From World War to Star Wars: Building Han Solo’s Blaster and More

Learn how using historical relics for blaster designs set Star Wars apart from other films.

A cowboy has his six shooter, Robin Hood has his bow, and Flash Gordon has a ray-gun. Each accessory perfectly suits the character and the setting. Yet when it came time to design the prop blasters for the Star Wars galaxy, director George Lucas and the production crew took an unexpected approach. Rather than create futuristic new blasters like other space movies, they started with historical relics from right here on Earth.

Han Solo with blaster

Han Solo’s blaster is a modified Mauser pistol.

The word “blaster” has its roots in early twentieth century science fiction. Author Nictzin Dyalhis first called a small energy weapon a “blastor” in a 1925 issue of Weird Tales, a pulp magazine featuring stories from various authors. As war was boiling over in Europe, the term blaster caught favor with author Henry Kuttner, and his short story in the pulp magazine, Thrilling Wonder Stories. By war’s end, authors Alfred G. Kuehn and Owen Fox Jerome also told stories of characters wielding blasters.

Although the word blaster was a fairly common convention by the middle of the century, the look and design for Star Wars blasters was entirely unconventional. Lucas describes this style himself, saying in an interview before the film was completed, “I’m trying to make props that don’t stand out. I’m trying to make everything look very natural, a casual almost I’ve-seen-this-before look.”

The aesthetic for Star Wars blasters set it apart from other science fiction. George Lucas’ friend Edward Summer remembers his conversation with George Lucas in an interview with J.W. Rizler: “I remember having discussions about ray-guns too, because my friend Michael Sullivan, my cinematographer, used to design ray-guns. I remember bringing George pictures of those ray-guns, which were very much in the Buck Rogers mold. George said, ‘No, no, we have a different look for the guns,’ and I recall subsequently being at Fox and looking through the photos taken on set and of those long rifles that looked like flintlocks. It was intriguing, because it took a different direction than conventional, retro science fiction.”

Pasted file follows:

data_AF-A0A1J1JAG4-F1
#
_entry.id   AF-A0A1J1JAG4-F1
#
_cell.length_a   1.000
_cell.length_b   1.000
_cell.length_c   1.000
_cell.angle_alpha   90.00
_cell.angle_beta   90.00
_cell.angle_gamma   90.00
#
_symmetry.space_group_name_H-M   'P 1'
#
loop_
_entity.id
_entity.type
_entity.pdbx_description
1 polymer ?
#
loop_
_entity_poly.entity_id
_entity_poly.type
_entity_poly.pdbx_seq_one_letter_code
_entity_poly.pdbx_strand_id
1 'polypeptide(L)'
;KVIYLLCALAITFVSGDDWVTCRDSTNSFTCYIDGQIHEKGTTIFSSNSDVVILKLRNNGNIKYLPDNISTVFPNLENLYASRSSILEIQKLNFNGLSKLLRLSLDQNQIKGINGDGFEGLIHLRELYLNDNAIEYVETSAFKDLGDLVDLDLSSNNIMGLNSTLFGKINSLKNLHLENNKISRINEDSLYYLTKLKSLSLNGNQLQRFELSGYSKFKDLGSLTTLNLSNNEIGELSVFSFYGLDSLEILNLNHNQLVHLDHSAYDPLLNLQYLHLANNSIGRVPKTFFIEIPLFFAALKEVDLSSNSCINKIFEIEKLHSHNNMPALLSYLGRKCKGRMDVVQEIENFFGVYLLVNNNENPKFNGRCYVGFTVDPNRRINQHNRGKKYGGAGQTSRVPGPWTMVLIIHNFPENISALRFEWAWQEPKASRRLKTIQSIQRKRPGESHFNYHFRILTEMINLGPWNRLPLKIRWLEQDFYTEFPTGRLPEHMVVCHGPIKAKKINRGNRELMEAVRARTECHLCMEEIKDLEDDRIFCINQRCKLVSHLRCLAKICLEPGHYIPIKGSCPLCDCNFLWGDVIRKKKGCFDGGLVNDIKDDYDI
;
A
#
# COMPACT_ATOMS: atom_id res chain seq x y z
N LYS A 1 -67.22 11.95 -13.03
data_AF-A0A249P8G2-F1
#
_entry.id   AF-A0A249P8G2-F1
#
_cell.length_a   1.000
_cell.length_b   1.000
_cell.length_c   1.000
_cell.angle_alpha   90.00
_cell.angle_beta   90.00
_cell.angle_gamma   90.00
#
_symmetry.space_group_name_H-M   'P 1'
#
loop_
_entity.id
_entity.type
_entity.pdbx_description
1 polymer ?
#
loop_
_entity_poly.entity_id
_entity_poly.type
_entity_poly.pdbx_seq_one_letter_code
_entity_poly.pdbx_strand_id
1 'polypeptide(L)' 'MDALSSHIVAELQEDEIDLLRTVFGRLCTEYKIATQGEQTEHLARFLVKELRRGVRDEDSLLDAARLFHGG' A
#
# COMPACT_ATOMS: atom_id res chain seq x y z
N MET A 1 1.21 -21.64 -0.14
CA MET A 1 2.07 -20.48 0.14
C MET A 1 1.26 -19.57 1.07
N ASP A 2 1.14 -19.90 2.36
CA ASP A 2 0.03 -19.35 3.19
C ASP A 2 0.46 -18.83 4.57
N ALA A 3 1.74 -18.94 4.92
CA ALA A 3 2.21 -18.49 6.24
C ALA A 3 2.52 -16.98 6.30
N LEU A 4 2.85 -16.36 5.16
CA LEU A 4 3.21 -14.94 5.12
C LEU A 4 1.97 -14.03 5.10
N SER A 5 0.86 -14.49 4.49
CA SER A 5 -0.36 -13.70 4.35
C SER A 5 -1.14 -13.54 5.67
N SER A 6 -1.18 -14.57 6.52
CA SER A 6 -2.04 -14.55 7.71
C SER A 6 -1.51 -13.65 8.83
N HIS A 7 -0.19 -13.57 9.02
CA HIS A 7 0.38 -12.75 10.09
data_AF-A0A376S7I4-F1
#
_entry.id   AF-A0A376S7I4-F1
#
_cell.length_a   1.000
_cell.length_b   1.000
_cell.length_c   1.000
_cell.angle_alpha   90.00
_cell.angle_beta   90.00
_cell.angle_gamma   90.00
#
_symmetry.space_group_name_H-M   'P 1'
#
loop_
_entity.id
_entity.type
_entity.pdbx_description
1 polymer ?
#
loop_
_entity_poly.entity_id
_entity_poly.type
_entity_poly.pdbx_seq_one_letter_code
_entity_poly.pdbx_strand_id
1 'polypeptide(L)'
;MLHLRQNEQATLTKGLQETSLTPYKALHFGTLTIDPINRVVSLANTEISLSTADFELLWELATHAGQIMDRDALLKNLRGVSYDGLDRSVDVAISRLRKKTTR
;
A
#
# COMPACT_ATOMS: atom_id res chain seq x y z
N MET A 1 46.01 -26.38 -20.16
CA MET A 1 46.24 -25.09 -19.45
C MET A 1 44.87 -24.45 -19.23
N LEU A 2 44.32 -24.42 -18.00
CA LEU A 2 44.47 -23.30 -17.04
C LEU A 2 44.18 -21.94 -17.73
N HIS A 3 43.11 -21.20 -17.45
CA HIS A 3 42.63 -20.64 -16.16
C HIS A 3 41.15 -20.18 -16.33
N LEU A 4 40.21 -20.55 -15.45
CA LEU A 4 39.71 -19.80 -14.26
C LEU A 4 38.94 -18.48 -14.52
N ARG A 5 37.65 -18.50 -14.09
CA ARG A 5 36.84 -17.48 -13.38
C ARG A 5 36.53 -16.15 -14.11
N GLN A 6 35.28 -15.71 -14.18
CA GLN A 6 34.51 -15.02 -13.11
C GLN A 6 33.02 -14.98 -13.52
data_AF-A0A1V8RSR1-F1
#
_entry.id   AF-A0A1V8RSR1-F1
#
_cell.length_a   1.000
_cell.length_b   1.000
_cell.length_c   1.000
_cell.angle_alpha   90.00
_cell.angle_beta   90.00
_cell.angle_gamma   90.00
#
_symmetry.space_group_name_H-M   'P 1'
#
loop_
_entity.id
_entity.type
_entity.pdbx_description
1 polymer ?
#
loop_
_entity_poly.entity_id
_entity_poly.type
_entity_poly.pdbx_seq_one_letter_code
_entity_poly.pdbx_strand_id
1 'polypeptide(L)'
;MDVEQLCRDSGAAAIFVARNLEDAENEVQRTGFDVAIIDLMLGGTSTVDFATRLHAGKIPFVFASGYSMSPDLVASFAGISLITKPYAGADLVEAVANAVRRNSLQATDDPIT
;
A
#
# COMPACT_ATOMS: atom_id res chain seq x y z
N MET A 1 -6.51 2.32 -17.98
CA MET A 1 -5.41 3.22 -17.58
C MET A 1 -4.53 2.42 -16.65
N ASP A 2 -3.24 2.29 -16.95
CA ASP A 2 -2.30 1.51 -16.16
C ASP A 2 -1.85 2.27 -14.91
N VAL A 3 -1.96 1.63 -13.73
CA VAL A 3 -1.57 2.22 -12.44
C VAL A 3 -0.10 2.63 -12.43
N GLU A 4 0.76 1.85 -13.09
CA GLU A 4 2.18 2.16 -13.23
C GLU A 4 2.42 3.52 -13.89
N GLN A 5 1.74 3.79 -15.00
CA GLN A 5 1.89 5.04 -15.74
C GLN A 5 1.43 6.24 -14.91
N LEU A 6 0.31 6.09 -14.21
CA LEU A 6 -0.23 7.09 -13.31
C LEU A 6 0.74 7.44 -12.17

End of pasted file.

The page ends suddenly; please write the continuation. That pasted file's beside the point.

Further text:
Roger Christian was one of the earliest crewmembers working on Star Wars, as a set dresser at Lee Studios in late 1975. He used a Mauser pistol, some detail parts, and some super glue to make the film’s first blaster. He recalls in Star Wars: The Blueprints, “I invited George over to come see, and said, ‘Look, this is what I was thinking of doing, using real objects — and the bonus is they can fire and we get a flash, and we get all of that stuff on the set.’ George just loved it and started to work with me.”

Filling the galaxy with blasters took more than just one pistol though. The crew had the daunting task of creating blasters for many characters. “I took George to all the fun places,” said production designer John Barry. “We went to one of the big weapon-hire companies that had endless rows of arms and armor… George and the dresser, Roger Christian, and I got together a lot on those things. Rather than have your slick streamlined ray guns, we took actual World War II machine guns and cannibalized one into another.”

A Commonwealth soldier manning a captured MG34 Machine Gun

A Commonwealth soldier manning a captured MG34 Machine Gun.

The list of World War II-era weapons used in the films is a long one. From German MG-34s to the hefty Lewis Gun, the base for many Star Wars blasters is an off the shelf prop weapon. Some, like the MG-34, receive little modification except a small detail box and some fins on the barrel. Others are modified to accept various sites and scopes, often of World War II vintage.

While there are variations on Han Solo’s famous blaster, it’s a perfect example of this design approach in action. Solo’s blaster is essentially an antique Mauser pistol fitted with a scope and custom mount. The barrel is modified with a flash hider from a German M-81 machine gun. A few other details are added to the base of the blaster, serving no particular purpose but to make the blaster look more interesting.

Those final random bits are a key part of the Star Wars aesthetic. The pieces, ranging from parts of model kits to cabinet track, are known simply as “greeblies.” Frank Burton, head of the property department for The Empire Strikes Back, explained in a vintage interview, “If we can’t give a name for something we call it a ‘greebly’”. Burton went on, “Greebly is a word George Lucas coined on Star Wars for something you can’t otherwise define.”

When you break it down, designing a Star Wars blaster seems so simple: a real-world relic, some vintage scopes, and a few greeblies to finish it off. Yet despite the simplicity, this practical design choice was a huge part of what makes the Star Wars galaxy feel both whimsical and real. It’s just one of the many ways that pieces of World War II find their way into the Star Wars galaxy!

Cole Horton is a historian and co-author of the new book, Star Wars: Absolutely Everything You Need to Know from DK Publishing. He also contributes to and runDisney. You can follow him on Twitter @ColeHorton.